9. #19
    Alex Bishop-Thorpe's Avatar
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    You can ask for uncorrected prints, my local 1 hour lab will do that for me. When you intend to make a print by hand, an uncorrected print can give you a better idea what to aim for, as well as a better indication of the individual qualities of the film you've chosen. I find all film tends to look the same once you crank the saturation right up and run it all through the same digital filters before printing, which is a bit depressing...
    The Analogue Laboratory, or 'so you built a darkroom in an old factory in the industrial zone'.
    Blog thing!.

    Worry less. Photograph more.

  10. #20
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    Unfortunately when you cut costs with color printing you get crap. This isn't a "i'll save money by reusing chemistry and using old paper" hobby unfortunately. It took me my first year of printing to discover this. I currently get good results with supra endura in Kodak Ektacolor RT replenisher solution at room temperature (68F? i never really check.) I'm not going to be changing it anytime soon. Back when I was using Fuji paper I got the nastiest crossover you could imagine. I thought it was my bad printing at first but I was wrong. The moral is "I got a good deal on two rolls of Edge from Jessops and I'm using it to practice on." combined with whatever chemistry will get you images with crossover and there's nothing you can do about that. I, however, have not used Edge so take my opinion with a grain of salt but if the negative is good, the problem lies in your paper/processing. Try Kodak Chems and/or switch to Supra Endura. I would avoid random chemicals like the plague. It's too high of a risk for valuable work.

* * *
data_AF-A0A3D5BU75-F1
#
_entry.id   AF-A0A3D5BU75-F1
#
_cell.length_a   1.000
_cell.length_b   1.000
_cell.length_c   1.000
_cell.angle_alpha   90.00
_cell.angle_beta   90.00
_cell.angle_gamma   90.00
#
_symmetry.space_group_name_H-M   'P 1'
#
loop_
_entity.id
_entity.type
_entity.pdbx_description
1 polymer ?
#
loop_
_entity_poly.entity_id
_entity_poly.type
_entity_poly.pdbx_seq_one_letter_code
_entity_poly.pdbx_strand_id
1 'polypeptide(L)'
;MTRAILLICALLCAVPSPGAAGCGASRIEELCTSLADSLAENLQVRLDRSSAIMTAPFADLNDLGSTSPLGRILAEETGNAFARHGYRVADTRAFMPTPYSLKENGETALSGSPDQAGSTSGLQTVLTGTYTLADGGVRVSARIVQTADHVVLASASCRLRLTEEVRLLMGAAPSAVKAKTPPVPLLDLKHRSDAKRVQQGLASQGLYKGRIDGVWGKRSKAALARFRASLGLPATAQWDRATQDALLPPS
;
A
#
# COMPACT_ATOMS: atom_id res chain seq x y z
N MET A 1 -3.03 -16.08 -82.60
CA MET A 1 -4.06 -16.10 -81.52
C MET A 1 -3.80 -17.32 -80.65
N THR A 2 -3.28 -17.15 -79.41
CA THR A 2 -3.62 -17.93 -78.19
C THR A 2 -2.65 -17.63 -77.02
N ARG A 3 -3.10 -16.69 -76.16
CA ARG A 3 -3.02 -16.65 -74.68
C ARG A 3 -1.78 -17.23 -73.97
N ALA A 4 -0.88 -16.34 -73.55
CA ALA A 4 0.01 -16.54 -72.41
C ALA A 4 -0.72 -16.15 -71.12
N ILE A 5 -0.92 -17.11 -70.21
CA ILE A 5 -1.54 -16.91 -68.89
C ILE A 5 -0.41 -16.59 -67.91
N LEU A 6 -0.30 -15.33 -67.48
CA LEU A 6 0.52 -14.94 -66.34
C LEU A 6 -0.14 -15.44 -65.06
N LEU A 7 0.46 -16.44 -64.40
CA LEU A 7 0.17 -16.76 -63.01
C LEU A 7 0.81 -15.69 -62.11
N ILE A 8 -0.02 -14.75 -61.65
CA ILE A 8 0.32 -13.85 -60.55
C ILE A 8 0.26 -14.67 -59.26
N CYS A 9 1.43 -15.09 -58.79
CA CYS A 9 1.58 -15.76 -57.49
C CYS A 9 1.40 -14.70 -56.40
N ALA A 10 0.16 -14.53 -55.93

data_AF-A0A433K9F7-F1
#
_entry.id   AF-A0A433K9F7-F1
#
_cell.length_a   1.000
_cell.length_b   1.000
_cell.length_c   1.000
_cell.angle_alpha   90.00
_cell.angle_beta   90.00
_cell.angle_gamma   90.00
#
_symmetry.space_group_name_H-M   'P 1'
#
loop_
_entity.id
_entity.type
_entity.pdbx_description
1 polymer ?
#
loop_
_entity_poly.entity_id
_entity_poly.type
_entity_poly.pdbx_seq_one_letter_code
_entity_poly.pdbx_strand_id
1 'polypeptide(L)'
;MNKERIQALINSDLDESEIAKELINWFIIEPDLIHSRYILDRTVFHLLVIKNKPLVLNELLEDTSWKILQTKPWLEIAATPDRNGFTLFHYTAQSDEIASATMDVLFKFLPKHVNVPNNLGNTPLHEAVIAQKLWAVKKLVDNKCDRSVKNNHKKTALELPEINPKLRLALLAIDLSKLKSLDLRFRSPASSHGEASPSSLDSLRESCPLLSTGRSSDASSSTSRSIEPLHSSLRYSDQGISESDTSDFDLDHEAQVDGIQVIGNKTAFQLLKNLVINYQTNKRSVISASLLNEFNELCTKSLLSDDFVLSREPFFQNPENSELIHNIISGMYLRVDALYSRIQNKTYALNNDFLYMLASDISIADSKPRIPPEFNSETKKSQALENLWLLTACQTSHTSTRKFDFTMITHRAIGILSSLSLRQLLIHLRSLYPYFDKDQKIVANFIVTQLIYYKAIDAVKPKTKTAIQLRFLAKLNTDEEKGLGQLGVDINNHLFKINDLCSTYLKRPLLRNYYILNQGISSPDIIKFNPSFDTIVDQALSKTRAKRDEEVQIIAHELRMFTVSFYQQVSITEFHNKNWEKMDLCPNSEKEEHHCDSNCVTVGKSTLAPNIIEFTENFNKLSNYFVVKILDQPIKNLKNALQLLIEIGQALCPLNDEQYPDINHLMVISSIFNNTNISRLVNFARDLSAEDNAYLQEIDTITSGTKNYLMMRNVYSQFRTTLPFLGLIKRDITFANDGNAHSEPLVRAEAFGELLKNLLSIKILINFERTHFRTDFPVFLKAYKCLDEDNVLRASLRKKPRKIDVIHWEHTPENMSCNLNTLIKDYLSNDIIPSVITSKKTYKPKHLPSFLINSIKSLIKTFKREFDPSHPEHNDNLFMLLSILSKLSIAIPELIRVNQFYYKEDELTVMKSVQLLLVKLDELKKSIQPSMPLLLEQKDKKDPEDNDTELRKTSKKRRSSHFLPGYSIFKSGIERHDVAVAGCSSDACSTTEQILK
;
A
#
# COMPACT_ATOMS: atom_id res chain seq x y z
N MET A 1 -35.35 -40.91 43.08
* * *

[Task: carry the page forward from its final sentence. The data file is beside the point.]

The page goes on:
Last edited by tiberiustibz; 12-06-2009 at 11:02 AM. Click to view previous post history. Reason: spelling